With majestic glaciers, fjords and mountains, Norway is famous for its dramatic natural landscape.
The Norwegian government plans to cut that time by half with a groundbreaking $40 billion infrastructure project to make the route “ferry-free.”
The plan includes bridges and the world’s deepest and longest rock tunnel — drilled through bedrock under the seabed — measuring 392 meters (1,286 feet) deep and 27 kilometers (17 miles) long.
But the most ambitious aspect is the development of submerged floating tunnels that sit around 30 meters (100 feet) under the surface of the water.
A rendering of the tunnel’s interiors. Credit: NPRA
The Norwegian Public Roads Administration (NPRA), the governmental body responsible for the project, aims to complete construction by 2050.
Why build a floating tunnel?
The journey between Kristiansand and Trondheim is part of the E39, which is a “key route for Norway,” explains Kjersti Kvalheim Dunham, a project manager at NPRA.
The government intends to improve transport “for commercial purposes (and) also for the welfare of the local population,” Dunham says.
Three suspension bridges and five floating bridges will be built. Floating bridges — structures that are supported by pontoons — have been built in Norway and the US, among other countries.
Floating bridges do not work in all cases because they are susceptible to harsh weather conditions such as strong waves and currents.
This is where the floating tunnels come in.
The anatomy of a floating tunnel
The term “floating” is perhaps misleading. The tunnels are fixed in position with cables — either anchored to the seabed or tethered to pontoons which are spaced far enough apart to allow boats to pass through. Made of concrete, they would function like conventional tunnels, transporting vehicles from one end of a fjord to another.
A rendering that shows the floating tunnel anchored to the seabed via cables. Credit: NPRA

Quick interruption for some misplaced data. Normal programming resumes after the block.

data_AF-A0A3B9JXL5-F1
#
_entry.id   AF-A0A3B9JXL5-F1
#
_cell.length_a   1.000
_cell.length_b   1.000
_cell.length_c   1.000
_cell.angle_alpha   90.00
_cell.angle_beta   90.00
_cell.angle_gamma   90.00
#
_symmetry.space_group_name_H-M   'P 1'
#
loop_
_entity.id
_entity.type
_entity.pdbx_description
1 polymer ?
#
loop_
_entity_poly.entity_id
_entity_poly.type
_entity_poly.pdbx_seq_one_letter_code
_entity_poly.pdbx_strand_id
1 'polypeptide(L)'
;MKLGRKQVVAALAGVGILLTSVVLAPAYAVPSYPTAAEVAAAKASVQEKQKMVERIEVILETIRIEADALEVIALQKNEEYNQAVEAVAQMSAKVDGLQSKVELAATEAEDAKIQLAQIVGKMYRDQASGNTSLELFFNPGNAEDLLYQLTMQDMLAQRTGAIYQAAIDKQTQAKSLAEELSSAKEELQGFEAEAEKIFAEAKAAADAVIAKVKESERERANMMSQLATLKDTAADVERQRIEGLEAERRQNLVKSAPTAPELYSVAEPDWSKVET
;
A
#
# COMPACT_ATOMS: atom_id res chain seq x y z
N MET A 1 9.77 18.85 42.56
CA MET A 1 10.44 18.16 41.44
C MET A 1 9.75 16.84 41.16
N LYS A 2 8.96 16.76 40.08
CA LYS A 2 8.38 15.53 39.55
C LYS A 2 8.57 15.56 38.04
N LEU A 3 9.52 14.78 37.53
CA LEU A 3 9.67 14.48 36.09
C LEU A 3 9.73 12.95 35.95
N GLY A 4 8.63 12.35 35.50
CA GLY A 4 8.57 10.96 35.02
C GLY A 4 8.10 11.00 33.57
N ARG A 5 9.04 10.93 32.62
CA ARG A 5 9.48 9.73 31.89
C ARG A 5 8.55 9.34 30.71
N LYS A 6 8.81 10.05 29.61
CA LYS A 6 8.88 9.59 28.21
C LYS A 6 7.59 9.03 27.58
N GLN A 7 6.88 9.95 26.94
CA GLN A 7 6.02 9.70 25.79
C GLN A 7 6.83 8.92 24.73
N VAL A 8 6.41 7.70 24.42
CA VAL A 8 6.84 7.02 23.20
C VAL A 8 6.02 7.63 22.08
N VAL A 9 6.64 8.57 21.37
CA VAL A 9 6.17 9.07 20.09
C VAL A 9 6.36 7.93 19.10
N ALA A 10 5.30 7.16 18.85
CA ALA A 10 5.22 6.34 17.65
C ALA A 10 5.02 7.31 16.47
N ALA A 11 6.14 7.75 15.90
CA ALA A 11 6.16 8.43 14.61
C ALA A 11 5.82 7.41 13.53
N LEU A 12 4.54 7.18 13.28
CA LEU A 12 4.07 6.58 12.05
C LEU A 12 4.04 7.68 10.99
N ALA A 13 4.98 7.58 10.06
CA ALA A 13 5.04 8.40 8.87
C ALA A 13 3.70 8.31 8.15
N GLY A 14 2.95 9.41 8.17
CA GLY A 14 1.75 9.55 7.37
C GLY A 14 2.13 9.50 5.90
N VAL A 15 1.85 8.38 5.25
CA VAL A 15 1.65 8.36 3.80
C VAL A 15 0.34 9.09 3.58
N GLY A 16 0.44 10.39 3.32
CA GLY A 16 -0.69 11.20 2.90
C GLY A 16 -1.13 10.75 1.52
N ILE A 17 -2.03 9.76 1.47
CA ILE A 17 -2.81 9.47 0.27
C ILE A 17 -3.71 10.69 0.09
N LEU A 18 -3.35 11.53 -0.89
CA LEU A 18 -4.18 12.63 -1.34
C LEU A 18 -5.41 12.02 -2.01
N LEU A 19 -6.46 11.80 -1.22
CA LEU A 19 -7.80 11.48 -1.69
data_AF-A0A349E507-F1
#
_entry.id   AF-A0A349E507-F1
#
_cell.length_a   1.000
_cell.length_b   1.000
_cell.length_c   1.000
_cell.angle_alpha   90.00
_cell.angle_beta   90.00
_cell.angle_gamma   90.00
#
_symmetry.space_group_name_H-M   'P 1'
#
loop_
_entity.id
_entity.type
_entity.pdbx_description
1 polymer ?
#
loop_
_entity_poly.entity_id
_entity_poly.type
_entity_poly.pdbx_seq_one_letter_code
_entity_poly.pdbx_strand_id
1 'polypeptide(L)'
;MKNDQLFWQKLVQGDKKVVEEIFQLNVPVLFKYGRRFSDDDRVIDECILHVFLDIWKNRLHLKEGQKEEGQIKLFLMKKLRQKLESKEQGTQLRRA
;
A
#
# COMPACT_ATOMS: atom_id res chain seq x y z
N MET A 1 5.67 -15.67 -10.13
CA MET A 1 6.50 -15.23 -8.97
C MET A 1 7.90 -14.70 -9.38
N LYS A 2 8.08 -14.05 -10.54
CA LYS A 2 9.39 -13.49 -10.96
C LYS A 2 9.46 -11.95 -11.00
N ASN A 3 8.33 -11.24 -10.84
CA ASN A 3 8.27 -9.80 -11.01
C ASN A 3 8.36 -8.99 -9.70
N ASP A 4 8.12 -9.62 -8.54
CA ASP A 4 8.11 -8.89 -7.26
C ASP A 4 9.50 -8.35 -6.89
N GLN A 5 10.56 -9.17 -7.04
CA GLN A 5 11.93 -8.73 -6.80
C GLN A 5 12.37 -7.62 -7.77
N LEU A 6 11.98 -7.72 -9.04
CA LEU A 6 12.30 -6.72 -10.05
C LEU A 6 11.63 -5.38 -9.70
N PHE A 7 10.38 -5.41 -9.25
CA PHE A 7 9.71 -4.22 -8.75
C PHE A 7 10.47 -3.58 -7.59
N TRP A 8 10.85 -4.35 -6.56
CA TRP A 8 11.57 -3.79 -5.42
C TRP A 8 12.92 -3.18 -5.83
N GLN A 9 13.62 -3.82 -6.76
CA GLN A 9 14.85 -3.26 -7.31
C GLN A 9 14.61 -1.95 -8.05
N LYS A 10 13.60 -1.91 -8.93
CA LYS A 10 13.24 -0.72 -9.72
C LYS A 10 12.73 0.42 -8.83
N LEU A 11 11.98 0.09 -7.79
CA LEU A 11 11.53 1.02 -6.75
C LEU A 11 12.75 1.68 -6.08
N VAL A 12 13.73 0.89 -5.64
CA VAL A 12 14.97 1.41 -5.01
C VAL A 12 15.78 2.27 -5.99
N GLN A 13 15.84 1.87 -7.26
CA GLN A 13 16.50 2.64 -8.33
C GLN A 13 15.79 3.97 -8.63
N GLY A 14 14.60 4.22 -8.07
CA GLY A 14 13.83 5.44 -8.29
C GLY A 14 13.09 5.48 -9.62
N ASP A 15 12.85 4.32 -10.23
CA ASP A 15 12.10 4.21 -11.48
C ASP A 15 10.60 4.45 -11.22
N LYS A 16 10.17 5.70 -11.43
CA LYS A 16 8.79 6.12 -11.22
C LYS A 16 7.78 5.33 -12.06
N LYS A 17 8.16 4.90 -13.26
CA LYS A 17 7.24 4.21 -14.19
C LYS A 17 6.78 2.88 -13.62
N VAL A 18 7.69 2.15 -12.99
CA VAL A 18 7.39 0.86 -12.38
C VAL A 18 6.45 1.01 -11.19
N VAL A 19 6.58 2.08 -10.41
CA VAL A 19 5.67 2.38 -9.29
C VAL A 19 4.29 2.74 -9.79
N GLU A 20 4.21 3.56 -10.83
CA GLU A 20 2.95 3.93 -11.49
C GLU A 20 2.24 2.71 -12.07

Waves and currents at 100 feet below sea level are less powerful than those at the surface, explains NPRA’s chief engineer Arianna Minoretti.
In addition, a floating tunnel minimizes the impact on the landscape since most of the infrastructure is out of sight. It also creates less noise than traffic on a bridge would. “That would be an advantage … (for) people living in the area,” Minoretti says.
The biggest risks in the project are explosions, fire and overloading, says Minoretti — and so extensive testing is essential.
NPRA is working with the Norwegian University of Science and Technology’s Center for Advanced Structural Analysis (CASA), using live explosives to “investigate how tubular concrete structures behave when subjected to internal blast loads,” says CASA researcher Martin Kristoffersen.
The tests will help the team to understand what would happen to the tunnel’s structure if, for example, a truck carrying dangerous goods exploded inside.
Results so far indicate that the constant water pressure that surrounds the floating tunnels reduces the damage caused by explosions.
A rendering of a submerged floating tunnel under the surface of the water. Credit: NPRA
Working with the Norwegian navy, the NPRA team is also investigating how the tunnels would fare if submarines crashed into them.
While locations for the submerged floating tunnels have not yet been pinned down, Minoretti says the project will be completed in just over 30 years’ time.
The improved E39 will open up more of the west coast to tourism, while the tunnels may become attractions in their own right — especially if they are a world first.
“As a bridge engineer working on this amazing project,” says Minoretti, “one can only hope.”